First Nations Symposium
November 16, 2006
Source: Royal Roads University
First Nations communication and culture will be focus of a the 2006 School of Communication & Culture public symposium being held at Royal Roads University on Wednesday, Nov. 22 on the Quarterdeck of the Grant Building starting at 10:00 a.m. The symposium is free and open to the public.
First Nations: Rethinking Intercultural Communication will include the participation of learners from the Master of Arts in Professional Communication which has 90 new MA students on campus this month.
Speakers for this event include:
Michael J. McCarthy, Nuu-chah-nulth in Ucluelet and a Victoria resident. He currently serves as the Employment Advisor to the Esquimalt Nation. McCarthy is an alcohol-and-drug abuse counsellor who focuses on cultural counselling and cultural psychology. His expertise includes counselling individual trauma related to the residential school experience. In 1991 he co-founded The Right Honorable Jeanne Sauvé Youth Foundation. He will present on the topic of Cultural Teachings in the Modern World which draws on the role of his life experiences and the stories of his grandmother, her teachings and how that ancestral knowledge blends into university methods of thought.
Paulette Regan obtained her doctorate from the Indigenous Governance program at the University of Victoria. Her presentation is entitled Decolonizing Dialogues and Historical Conflicts and will address how communicative acts of testimony, restitution and apology can create a decolonizing space for Indigenous history, culture and law. Regan, who has two decades of experience working with Indigenous communities, is currently participating in an Academic Interchange between the Department of Justice Canada (BC Region) and the History Department at the University of British Columbia, where she is an Adjunct Professor. She has also been a Senior Resolution Manager with Indian Residential Schools Resolution Canada.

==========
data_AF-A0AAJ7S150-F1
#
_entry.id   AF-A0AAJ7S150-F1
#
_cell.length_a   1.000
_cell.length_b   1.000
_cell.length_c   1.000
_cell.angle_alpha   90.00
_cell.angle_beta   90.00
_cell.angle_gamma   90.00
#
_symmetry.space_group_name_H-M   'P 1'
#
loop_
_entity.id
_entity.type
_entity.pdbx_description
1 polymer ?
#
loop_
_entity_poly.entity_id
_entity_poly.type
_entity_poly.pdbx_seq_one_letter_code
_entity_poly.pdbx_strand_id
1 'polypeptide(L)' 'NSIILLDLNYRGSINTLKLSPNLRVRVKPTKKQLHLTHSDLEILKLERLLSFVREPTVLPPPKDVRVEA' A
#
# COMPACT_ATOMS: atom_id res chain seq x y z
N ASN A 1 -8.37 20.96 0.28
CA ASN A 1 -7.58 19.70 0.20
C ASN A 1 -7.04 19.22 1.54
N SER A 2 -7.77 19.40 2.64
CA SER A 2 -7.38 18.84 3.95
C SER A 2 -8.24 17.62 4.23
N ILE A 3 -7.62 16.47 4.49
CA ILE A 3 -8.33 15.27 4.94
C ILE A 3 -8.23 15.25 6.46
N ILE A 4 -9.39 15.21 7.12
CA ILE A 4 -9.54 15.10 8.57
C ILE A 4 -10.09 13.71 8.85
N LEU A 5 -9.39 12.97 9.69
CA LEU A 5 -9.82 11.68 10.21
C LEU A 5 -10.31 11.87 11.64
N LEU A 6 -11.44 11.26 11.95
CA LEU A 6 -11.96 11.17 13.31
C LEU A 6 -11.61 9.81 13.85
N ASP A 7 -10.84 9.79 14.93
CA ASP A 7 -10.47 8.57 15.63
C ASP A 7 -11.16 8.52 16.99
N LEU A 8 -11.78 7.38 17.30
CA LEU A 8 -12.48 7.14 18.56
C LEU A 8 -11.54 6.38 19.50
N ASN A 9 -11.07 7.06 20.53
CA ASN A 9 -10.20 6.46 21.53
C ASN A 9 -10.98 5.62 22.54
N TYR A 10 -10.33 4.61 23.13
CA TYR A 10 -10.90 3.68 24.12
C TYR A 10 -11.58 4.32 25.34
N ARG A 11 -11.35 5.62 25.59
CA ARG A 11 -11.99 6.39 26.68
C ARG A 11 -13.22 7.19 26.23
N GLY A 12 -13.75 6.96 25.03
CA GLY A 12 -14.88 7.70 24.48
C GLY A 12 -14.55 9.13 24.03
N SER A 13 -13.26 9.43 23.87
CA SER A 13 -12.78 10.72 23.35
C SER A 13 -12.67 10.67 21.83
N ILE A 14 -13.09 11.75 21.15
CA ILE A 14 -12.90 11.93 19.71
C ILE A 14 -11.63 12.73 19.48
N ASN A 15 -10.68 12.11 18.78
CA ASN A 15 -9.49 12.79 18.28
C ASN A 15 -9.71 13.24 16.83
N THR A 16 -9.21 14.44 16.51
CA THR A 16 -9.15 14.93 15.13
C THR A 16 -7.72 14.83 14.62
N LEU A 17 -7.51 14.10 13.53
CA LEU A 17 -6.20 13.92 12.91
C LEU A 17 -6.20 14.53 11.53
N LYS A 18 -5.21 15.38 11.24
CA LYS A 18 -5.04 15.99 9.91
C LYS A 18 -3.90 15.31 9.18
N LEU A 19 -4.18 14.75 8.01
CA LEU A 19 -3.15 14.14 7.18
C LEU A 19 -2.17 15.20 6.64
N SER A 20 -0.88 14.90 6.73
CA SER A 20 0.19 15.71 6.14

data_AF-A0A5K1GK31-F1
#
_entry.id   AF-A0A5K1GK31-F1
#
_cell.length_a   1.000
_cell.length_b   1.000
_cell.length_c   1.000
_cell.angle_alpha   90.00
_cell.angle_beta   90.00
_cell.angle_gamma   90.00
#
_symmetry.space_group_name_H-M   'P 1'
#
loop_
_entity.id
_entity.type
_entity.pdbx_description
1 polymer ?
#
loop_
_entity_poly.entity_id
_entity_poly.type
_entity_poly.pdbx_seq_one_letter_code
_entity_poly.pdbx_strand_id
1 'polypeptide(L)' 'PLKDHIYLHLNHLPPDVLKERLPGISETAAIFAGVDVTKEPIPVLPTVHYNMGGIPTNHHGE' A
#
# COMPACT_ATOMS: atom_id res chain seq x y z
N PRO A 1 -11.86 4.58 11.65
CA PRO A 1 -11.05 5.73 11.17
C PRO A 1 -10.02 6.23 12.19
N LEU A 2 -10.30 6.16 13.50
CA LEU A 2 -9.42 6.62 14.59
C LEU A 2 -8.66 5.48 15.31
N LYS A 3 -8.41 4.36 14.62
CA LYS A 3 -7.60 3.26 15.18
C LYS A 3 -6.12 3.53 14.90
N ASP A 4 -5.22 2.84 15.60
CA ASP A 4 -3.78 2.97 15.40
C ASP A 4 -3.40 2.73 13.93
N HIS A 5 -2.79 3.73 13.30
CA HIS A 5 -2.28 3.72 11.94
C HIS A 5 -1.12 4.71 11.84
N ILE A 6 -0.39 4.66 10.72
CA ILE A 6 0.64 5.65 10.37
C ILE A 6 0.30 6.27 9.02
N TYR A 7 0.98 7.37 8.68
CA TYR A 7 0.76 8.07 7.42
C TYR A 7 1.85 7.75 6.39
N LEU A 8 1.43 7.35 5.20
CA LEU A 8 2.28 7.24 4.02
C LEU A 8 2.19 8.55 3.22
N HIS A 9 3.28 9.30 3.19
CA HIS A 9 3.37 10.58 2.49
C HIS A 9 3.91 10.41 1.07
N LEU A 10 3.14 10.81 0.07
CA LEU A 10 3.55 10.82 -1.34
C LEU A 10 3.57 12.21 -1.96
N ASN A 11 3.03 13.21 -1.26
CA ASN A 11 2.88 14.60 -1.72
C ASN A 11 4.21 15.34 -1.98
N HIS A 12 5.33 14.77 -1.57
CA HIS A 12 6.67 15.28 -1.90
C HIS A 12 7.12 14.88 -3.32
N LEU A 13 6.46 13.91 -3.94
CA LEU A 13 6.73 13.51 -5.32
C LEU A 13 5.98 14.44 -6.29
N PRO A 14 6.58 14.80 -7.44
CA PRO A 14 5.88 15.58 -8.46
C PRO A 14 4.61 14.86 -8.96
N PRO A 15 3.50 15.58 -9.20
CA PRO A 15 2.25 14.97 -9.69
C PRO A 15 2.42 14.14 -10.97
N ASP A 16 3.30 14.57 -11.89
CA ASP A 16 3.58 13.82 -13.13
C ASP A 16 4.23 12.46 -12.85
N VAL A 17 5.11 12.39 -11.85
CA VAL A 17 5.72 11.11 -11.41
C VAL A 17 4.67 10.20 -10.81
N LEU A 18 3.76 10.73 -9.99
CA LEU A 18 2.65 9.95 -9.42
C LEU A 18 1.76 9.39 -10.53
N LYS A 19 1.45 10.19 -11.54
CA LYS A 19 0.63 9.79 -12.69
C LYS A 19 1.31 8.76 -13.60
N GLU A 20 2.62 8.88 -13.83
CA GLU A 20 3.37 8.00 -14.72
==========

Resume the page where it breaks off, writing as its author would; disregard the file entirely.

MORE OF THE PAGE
Samuel Sam is an Elder who speaks as a Coast Salish on the Saanich. His remarks will focus on communication and culture in First Nations. Sam holds an honorary doctorate of law from the University of Victoria, has advised government officials and led workshops attended by Canadian and British Columbia Supreme Court justices. As former chief and councillor of the Tsartlip First Nation, he has been acknowledged as a Grand Chief. He was awarded the Order of Canada in 1992 for his work with different institutions across Canada including National Health and Welfare and First Nations communities.
His son, Coast Salish speaker and Elder Lux Lak u Luk Greg Sam, will speak on international communication among First Nations. He facilitates the sharing of Coast Salish culture and customs, and other traditional Aboriginal ways, with non-Aboriginal peoples. Greg Sam has worked extensively with schools and universities, the Department of National Defence, the police, the Institute of Public Administration of Canada, and other organizations, in creating understanding and respect for Aboriginal culture. His approach focuses on weaving together aboriginal protocol and values with the Elders’ teaching of traditional law and their stories.
The presentations will conclude with a question and answer period. The symposium is part of Royal Roads University’s graduate education and its continuing commitment to collaboration with First Nations communities
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